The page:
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The analysis in this study uses current production (or population) for country weights in obtaining global estimates for the impact of climate change on agriculture. This approach tends to understate the future losses, because it is likely that by late in this century the business as usual baseline for agricultural output would have shown a much larger share for developing and low latitude countries than is the case at present. So from this standpoint the losses may be understated.

In contrast, it might be argued that dynamic considerations will typically shrink the relative importance of losses from climate change, because technological change can be expected to raise yields by far more than global warming reduces them. Comfort from the prospect of rising yields from technological change may nonetheless fail to take into account the fact that rising demand for agricultural products may run a close race with technological change, so that yield losses to climate change could still do damage that more than exceeds any excess supply trends in the baseline. Moreover, an important additional factor must be incorporated into the dynamic analysis: the likely diversion of agricultural land to production of biomass for ethanol.

This chapter seeks to arrive at some ballpark estimates of the net effect of these divergent influences. Define the ratio of demand or supply in 2085 to the level in 2005 as X for each of several dimensions. Consider first population. The United Nations (2006) projects population in 2050 at 9.08 billion in its medium case, compared with 6.46 billion in 2004. Population grows at a pace of 0.42 percent per year in the decade 2040-2050 in this case. In its high case, the United Nations projects world population in 2050 at 10.65 billion, with annual growth at 0.93 percent in the decade 2040-2050. If these two respective levels and rates are used for projection to 2085, the resulting global population in 2085 is 10.52 billion in the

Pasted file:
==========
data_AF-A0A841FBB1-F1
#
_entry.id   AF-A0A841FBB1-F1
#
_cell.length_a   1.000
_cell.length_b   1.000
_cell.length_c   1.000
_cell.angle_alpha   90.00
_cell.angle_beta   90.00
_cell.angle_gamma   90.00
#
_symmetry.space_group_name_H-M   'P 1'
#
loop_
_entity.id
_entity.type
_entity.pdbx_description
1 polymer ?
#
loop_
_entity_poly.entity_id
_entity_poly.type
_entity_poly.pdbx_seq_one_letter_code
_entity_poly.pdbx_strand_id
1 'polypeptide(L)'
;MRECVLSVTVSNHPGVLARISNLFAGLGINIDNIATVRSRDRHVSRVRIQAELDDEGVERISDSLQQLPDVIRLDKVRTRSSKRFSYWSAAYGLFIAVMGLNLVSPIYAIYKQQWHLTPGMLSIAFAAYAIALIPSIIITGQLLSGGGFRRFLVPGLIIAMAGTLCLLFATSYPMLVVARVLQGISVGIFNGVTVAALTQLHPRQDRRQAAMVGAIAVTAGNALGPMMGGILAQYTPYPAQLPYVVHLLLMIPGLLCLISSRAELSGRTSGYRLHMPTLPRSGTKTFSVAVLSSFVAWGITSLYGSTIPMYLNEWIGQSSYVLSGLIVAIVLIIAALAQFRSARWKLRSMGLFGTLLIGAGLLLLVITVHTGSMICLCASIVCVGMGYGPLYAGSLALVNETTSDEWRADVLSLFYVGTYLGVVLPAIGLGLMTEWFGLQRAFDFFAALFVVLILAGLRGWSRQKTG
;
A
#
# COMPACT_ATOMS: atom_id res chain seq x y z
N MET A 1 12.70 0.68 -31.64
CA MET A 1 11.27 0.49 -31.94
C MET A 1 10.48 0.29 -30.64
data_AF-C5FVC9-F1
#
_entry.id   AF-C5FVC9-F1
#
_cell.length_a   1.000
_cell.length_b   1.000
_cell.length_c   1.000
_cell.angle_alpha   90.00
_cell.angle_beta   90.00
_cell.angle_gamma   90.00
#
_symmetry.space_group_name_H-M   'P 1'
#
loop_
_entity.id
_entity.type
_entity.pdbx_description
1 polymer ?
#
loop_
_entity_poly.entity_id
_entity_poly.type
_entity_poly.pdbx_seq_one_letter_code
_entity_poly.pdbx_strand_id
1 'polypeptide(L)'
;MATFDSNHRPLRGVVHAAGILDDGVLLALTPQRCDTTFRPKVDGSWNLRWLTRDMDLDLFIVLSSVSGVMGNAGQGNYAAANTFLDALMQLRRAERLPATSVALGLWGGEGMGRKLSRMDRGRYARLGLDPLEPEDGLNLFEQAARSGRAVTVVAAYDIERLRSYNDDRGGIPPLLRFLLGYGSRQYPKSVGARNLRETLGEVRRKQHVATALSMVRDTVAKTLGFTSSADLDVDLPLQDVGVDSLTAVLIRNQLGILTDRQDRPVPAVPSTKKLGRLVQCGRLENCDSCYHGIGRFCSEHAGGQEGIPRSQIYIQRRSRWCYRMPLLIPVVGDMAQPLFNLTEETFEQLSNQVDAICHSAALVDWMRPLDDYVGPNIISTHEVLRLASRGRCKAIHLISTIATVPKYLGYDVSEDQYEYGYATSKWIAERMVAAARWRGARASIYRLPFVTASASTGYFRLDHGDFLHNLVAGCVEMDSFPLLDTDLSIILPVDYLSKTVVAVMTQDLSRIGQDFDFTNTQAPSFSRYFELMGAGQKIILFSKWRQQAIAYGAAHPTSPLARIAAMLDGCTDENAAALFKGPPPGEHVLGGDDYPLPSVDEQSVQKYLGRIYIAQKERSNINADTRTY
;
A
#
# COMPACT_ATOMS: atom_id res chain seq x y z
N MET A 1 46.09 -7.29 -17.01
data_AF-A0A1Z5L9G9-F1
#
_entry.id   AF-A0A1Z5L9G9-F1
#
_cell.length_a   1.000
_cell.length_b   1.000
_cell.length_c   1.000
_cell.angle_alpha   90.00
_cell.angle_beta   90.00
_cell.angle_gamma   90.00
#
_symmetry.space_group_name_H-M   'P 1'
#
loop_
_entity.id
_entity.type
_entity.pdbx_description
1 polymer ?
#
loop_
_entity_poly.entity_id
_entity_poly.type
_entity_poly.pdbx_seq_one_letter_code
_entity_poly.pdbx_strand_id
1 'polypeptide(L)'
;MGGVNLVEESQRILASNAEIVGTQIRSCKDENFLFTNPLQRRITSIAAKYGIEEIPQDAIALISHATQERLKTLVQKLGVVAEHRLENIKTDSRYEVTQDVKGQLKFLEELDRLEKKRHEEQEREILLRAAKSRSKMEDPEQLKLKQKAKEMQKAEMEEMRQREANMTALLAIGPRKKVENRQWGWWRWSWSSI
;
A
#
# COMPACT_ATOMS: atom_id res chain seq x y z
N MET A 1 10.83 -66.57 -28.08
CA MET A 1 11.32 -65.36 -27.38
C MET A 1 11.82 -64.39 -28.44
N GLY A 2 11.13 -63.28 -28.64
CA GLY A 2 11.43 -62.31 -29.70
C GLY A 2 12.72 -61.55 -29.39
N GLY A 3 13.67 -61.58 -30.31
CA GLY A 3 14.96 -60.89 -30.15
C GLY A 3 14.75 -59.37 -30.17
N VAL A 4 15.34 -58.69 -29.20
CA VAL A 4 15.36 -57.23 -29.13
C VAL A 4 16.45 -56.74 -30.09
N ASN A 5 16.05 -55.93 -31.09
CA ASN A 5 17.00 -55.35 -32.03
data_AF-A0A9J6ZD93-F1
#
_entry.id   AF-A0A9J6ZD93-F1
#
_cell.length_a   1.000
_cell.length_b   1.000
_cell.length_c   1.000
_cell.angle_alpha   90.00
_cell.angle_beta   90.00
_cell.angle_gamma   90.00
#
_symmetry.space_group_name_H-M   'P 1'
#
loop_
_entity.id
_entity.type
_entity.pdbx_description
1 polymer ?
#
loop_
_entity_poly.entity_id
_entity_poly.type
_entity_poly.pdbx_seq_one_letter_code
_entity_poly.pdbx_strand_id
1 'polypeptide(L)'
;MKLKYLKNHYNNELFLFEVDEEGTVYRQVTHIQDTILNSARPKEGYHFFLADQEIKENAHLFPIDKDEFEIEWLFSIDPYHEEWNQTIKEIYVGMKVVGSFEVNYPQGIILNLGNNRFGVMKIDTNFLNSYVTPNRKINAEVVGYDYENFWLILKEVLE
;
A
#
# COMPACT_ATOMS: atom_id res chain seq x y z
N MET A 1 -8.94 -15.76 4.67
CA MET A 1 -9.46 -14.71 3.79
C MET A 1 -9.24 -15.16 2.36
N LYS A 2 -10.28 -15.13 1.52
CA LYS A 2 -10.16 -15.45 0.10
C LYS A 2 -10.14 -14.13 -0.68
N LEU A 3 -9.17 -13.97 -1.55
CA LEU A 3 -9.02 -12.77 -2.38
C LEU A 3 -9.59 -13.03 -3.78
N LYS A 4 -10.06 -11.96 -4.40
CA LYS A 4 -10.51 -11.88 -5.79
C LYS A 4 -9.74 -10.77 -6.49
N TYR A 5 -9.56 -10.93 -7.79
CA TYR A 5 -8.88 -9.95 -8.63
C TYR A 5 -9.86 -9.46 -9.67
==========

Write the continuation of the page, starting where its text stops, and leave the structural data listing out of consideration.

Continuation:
Figure 6.1 Income elasticity of demand for food, tobacco, and beverages and purchasing power parity (PPP) income per capita

PPP income per capita (dollars) 45,00040,00035,00030,00025,00020,00015,00010,0005,000

income elasticity of demand medium case and 14.72 billion in the high case. The expansion factor from current levels to 2085 for population is thus XN = 1.63 in the medium case and 2.28 in the high case. In broad terms, global agricultural output will need to double, approximately, to keep up with population growth over this period.

Also, demand will increase from rising per capita incomes. Figure 6.1 shows the relationship of the income elasticity of demand for food, beverages, and tobacco (as calculated by ERS 2006b) to purchasing power parity (PPP) GDP per capita (World Bank 2006) for 64 countries. There is a clear inverse relationship between per capita income and income elasticity of food, which amounts to a strong form of Engel's law (which states that food expenditure rises less than proportionately with rising income).1 If the regression equation relating the two is applied to global average PPP GDP per capita for 2004 ($6,329), the resulting global income elasticity for food at present is 0.655.2 Even if per capita income grew at 1 percent per year through 2045 (the midpoint of the period considered), the global income elasticity would still be relatively high at 0.612.

Assuming that per capita income grows at 1 percent annually over the next 80 years, and that the average income elasticity is 0.612, then rising

1. A weak form would be any income elasticity less than unity.

2. A simple regression yields the following results: 6 = 0.744 (100.1) - 1.4 X 10 -5 (-34.7) y*, adjusted R2 = 0.95 (f-statistics in parentheses), where 6 is income elasticity of food demand and y* is PPP per capita GDP in dollars.

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